A near death experience (NDE) follows, as we’re whisked into a fantastical world of dazzling darks and gorgeous colours, with a mysterious figure called Khatun giving Prairie (or Nina, to use her actual Russian name) the chance to return home if she wants. She does, but it comes at a cost: she loses her sight, to spare her from seeing the horrors that will be in front of her. Once home, her dad sends her to live in America, where she will be safe – and she winds up being adopted by Nancy (Alice Krige) and Abel (Scott Wilson). Things don’t go well, as she continues to behave strangely, sleepwalking, having more visions and speaking Russian. And so her parents sedate her, until the day she manages to escape (her 21st birthday).
Parents sedating their child? It sounds grim, but The OA is a show that trades in empathy as much as the otherworldly. Marling and Batmanglij ground everything in human interaction, whether that’s a dad desperate to look after his daughter, or Prairie talking with troubled school kid Steve (Patrick Gibson). It’s the same kind of down-to-earth approach that made Marling’s breakout role in indie sci-fi Another Earth so astonishing, and so astonishingly believable; this is less supernatural and more hyper-natural.
Wilson and Krige bring a tangible intimacy to the screen, the kind of intimacy that’s built up over many unseen years spent raising their once-blind daughter. Even without words, Prairie recognises her mother’s face just by feeling it. Gibson is similarly excellent as cruel teenager Steve, a guy initially more concerned with his outside appearance than what’s hidden inside. It’s no coincidence that we spend a large part of the opening episodes with him, just as Prairie delivers one speech on the importance of having sympathy for horrible people.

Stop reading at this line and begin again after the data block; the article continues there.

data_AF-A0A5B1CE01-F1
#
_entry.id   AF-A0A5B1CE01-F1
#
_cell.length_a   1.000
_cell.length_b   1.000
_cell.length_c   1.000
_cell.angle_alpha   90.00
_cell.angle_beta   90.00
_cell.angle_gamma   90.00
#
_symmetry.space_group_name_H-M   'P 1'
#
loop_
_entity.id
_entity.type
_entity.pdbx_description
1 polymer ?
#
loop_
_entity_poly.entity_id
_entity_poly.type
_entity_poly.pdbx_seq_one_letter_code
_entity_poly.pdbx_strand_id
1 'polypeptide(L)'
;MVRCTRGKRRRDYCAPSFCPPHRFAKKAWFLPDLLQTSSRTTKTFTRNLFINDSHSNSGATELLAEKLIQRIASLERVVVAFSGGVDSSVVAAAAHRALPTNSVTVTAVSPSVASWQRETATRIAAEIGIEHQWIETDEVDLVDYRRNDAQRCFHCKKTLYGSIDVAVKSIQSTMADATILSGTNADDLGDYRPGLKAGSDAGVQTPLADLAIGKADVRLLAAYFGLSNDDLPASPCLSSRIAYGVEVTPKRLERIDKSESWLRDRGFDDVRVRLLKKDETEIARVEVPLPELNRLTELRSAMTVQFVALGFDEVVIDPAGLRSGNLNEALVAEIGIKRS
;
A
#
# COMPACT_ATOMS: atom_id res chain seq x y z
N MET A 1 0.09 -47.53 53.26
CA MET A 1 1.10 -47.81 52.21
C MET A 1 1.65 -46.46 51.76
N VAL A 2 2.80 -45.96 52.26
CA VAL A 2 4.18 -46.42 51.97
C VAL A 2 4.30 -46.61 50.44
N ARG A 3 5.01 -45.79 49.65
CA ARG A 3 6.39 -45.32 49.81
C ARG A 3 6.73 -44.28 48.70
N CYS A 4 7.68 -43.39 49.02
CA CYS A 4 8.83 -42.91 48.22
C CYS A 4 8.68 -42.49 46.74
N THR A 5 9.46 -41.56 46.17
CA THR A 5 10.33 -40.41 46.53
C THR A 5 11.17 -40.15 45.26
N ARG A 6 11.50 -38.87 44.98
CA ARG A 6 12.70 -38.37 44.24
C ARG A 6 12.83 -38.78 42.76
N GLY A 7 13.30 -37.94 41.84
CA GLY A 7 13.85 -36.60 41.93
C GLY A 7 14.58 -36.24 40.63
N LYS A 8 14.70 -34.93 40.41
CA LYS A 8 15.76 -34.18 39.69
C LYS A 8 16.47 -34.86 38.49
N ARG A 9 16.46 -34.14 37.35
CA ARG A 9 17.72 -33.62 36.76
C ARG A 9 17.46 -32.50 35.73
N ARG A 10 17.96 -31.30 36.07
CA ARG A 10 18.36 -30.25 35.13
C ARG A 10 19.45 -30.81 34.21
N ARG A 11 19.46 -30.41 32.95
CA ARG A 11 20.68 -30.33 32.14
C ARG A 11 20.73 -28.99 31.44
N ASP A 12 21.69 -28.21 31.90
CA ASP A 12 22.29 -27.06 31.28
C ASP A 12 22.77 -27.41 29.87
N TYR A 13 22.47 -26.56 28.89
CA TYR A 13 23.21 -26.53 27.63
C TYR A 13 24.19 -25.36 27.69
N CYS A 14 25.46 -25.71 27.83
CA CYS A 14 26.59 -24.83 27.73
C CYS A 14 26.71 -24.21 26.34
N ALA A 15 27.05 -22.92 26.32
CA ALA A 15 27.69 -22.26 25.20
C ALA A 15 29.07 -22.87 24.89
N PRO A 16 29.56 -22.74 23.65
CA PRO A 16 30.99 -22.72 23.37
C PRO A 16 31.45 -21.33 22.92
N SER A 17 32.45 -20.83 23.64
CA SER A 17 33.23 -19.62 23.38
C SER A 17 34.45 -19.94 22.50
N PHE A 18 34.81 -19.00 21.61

At the heart of that generous tone is Brit Marling, whose compassion has always made her work stand out. Her facial expressions are always changing, always teasing new emotions, but, most of all, they’re always open; her acting comes with a vulnerability that makes her magnetic to watch. When she pairs up with Batmanglij, that feeds perfectly into his genre-bending craft, resulting in the kind of raw, unpredictable thrillers that resist the urge to be classified as one genre or another; their eco-political drama The East, for example, was driven more by character than ideology.
Steve is joined by a diverse array of high school figures, from Buck, a transitioning teenager who’s taking testosterone, and French, an athlete with a scholarship on the cards, to Jesse, your typical stoner. And, even more diverse still, is Betty Broderick-Allen – “BBA”, for short – one of the teachers from the school. They all meet at night to hear Prairie outline her life story in an abandoned house in the local neighbourhood. During the day, meanwhile, Prairie heads to the FBO to meet a therapist called Elias (Riz Ahmed).